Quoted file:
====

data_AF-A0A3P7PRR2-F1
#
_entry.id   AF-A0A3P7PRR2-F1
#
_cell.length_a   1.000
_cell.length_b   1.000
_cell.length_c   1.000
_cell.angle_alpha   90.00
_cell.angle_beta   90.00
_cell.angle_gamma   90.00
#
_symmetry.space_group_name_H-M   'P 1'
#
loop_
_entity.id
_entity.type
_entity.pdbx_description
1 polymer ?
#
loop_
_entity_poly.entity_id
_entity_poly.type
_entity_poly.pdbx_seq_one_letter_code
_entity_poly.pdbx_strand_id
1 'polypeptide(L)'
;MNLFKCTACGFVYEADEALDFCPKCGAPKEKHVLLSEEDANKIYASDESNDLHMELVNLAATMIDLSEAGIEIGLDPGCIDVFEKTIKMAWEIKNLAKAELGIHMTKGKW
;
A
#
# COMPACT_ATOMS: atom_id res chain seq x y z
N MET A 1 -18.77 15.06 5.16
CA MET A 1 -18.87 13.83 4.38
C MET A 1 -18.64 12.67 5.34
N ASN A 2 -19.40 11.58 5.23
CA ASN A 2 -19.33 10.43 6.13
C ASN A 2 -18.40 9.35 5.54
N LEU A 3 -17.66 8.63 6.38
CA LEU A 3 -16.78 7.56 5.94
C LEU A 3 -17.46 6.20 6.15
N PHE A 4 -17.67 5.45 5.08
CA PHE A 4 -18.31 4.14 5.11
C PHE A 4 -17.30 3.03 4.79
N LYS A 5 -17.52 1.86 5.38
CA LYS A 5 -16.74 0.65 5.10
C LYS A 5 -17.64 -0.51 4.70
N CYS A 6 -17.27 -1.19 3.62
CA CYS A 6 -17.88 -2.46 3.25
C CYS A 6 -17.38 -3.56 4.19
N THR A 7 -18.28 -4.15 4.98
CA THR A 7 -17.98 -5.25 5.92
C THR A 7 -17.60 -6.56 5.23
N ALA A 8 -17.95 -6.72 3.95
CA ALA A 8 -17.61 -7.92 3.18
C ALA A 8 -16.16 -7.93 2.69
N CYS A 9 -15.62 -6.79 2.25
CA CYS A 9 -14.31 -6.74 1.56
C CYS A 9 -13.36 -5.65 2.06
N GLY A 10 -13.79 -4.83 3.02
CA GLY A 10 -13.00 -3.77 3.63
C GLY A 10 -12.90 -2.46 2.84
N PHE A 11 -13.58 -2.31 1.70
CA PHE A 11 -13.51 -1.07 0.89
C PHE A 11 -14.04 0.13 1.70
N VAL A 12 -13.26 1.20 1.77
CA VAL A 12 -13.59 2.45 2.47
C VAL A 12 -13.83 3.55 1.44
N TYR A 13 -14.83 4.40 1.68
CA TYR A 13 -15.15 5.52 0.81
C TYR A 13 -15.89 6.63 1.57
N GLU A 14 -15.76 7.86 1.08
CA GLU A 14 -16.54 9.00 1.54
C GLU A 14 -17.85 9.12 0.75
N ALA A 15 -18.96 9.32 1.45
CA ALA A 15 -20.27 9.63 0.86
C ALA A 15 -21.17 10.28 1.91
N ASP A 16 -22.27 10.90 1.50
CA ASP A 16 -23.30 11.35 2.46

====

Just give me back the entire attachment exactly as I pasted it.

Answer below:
data_AF-A0A3P7PRR2-F1
#
_entry.id   AF-A0A3P7PRR2-F1
#
_cell.length_a   1.000
_cell.length_b   1.000
_cell.length_c   1.000
_cell.angle_alpha   90.00
_cell.angle_beta   90.00
_cell.angle_gamma   90.00
#
_symmetry.space_group_name_H-M   'P 1'
#
loop_
_entity.id
_entity.type
_entity.pdbx_description
1 polymer ?
#
loop_
_entity_poly.entity_id
_entity_poly.type
_entity_poly.pdbx_seq_one_letter_code
_entity_poly.pdbx_strand_id
1 'polypeptide(L)'
;MNLFKCTACGFVYEADEALDFCPKCGAPKEKHVLLSEEDANKIYASDESNDLHMELVNLAATMIDLSEAGIEIGLDPGCIDVFEKTIKMAWEIKNLAKAELGIHMTKGKW
;
A
#
# COMPACT_ATOMS: atom_id res chain seq x y z
N MET A 1 -18.77 15.06 5.16
CA MET A 1 -18.87 13.83 4.38
C MET A 1 -18.64 12.67 5.34
N ASN A 2 -19.40 11.58 5.23
CA ASN A 2 -19.33 10.43 6.13
C ASN A 2 -18.40 9.35 5.54
N LEU A 3 -17.66 8.63 6.38
CA LEU A 3 -16.78 7.56 5.94
C LEU A 3 -17.46 6.20 6.15
N PHE A 4 -17.67 5.45 5.08
CA PHE A 4 -18.31 4.14 5.11
C PHE A 4 -17.30 3.03 4.79
N LYS A 5 -17.52 1.86 5.38
CA LYS A 5 -16.74 0.65 5.10
C LYS A 5 -17.64 -0.51 4.70
N CYS A 6 -17.27 -1.19 3.62
CA CYS A 6 -17.88 -2.46 3.25
C CYS A 6 -17.38 -3.56 4.19
N THR A 7 -18.28 -4.15 4.98
CA THR A 7 -17.98 -5.25 5.92
C THR A 7 -17.60 -6.56 5.23
N ALA A 8 -17.95 -6.72 3.95
CA ALA A 8 -17.61 -7.92 3.18
C ALA A 8 -16.16 -7.93 2.69
N CYS A 9 -15.62 -6.79 2.25
CA CYS A 9 -14.31 -6.74 1.56
C CYS A 9 -13.36 -5.65 2.06
N GLY A 10 -13.79 -4.83 3.02
CA GLY A 10 -13.00 -3.77 3.63
C GLY A 10 -12.90 -2.46 2.84
N PHE A 11 -13.58 -2.31 1.70
CA PHE A 11 -13.51 -1.07 0.89
C PHE A 11 -14.04 0.13 1.70
N VAL A 12 -13.26 1.20 1.77
CA VAL A 12 -13.59 2.45 2.47
C VAL A 12 -13.83 3.55 1.44
N TYR A 13 -14.83 4.40 1.68
CA TYR A 13 -15.15 5.52 0.81
C TYR A 13 -15.89 6.63 1.57
N GLU A 14 -15.76 7.86 1.08
CA GLU A 14 -16.54 9.00 1.54
C GLU A 14 -17.85 9.12 0.75
N ALA A 15 -18.96 9.32 1.45
CA ALA A 15 -20.27 9.63 0.86
C ALA A 15 -21.17 10.28 1.91
N ASP A 16 -22.27 10.90 1.50
CA ASP A 16 -23.30 11.35 2.46